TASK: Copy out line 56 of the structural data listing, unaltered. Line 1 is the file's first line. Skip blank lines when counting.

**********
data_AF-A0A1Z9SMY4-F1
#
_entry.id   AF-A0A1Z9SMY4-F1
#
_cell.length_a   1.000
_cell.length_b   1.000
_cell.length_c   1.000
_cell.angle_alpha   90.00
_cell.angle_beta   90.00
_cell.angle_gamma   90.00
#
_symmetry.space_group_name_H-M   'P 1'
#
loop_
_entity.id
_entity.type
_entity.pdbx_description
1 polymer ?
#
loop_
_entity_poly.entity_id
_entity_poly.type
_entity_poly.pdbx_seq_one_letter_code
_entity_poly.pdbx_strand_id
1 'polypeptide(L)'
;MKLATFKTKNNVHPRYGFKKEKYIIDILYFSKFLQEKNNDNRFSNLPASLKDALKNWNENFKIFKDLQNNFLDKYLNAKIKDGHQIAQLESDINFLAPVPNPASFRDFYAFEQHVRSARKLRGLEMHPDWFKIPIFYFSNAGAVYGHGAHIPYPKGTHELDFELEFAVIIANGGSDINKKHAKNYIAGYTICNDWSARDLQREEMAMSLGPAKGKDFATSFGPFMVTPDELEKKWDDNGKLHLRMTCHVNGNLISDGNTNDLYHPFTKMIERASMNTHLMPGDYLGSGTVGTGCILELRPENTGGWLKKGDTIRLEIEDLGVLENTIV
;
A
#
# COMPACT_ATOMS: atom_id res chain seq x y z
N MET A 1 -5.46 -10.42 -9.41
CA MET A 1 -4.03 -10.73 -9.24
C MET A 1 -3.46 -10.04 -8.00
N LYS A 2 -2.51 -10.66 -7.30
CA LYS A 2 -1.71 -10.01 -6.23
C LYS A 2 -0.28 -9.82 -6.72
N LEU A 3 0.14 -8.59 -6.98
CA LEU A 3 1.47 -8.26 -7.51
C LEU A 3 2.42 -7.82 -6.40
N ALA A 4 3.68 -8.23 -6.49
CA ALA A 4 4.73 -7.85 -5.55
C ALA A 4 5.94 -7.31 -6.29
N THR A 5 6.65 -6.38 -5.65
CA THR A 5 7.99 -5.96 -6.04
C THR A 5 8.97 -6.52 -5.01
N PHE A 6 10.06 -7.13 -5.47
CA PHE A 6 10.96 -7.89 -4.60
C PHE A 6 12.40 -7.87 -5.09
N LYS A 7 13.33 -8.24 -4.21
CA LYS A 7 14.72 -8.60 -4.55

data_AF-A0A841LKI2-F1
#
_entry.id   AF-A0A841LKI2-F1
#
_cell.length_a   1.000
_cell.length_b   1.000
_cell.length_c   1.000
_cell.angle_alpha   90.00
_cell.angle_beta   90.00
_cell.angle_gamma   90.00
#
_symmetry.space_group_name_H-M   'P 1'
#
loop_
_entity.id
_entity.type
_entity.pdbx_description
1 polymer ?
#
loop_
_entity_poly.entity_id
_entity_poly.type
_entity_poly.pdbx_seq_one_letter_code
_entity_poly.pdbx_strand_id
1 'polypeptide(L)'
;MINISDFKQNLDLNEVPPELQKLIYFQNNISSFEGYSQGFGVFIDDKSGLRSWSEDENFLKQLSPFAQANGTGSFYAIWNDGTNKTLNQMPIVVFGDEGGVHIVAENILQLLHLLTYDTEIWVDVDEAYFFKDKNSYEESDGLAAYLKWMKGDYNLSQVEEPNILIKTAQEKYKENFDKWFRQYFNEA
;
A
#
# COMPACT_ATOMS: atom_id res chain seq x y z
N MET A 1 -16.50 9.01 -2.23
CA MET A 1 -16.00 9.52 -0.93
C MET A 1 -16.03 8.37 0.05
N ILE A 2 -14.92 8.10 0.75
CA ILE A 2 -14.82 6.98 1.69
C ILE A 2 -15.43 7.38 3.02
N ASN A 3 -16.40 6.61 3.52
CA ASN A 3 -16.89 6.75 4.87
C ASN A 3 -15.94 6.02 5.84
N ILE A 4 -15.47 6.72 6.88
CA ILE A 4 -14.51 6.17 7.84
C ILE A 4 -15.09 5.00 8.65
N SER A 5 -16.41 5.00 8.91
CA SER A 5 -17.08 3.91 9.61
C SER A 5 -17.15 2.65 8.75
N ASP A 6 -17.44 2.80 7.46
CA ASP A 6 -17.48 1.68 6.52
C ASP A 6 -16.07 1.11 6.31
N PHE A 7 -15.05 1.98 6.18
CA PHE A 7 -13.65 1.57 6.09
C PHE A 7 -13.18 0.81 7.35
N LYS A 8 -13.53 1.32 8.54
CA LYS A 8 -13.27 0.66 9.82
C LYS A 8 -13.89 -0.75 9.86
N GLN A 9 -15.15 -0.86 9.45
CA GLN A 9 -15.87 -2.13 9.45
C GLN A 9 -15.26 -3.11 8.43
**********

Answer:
_cell.length_b   1.000